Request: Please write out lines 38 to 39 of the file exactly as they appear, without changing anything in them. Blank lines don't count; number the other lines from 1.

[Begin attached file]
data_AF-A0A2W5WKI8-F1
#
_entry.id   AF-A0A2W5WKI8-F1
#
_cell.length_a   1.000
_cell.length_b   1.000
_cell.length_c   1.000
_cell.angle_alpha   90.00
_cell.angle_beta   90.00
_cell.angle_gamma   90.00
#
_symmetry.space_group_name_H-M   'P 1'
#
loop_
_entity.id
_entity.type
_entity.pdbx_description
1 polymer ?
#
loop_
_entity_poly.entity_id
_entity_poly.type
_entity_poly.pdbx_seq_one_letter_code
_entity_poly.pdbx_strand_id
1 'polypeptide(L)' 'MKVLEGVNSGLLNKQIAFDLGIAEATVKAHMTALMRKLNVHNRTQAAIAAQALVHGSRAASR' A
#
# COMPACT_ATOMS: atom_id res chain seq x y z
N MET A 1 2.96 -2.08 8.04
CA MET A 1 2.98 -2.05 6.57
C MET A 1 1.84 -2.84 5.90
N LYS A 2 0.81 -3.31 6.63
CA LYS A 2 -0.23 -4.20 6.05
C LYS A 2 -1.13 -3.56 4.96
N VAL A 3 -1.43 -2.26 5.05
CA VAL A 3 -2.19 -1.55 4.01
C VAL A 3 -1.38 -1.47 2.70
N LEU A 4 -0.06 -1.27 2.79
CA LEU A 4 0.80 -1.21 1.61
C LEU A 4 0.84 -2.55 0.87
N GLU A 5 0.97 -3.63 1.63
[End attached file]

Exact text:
CA LEU A 4 0.80 -1.21 1.61
C LEU A 4 0.84 -2.55 0.87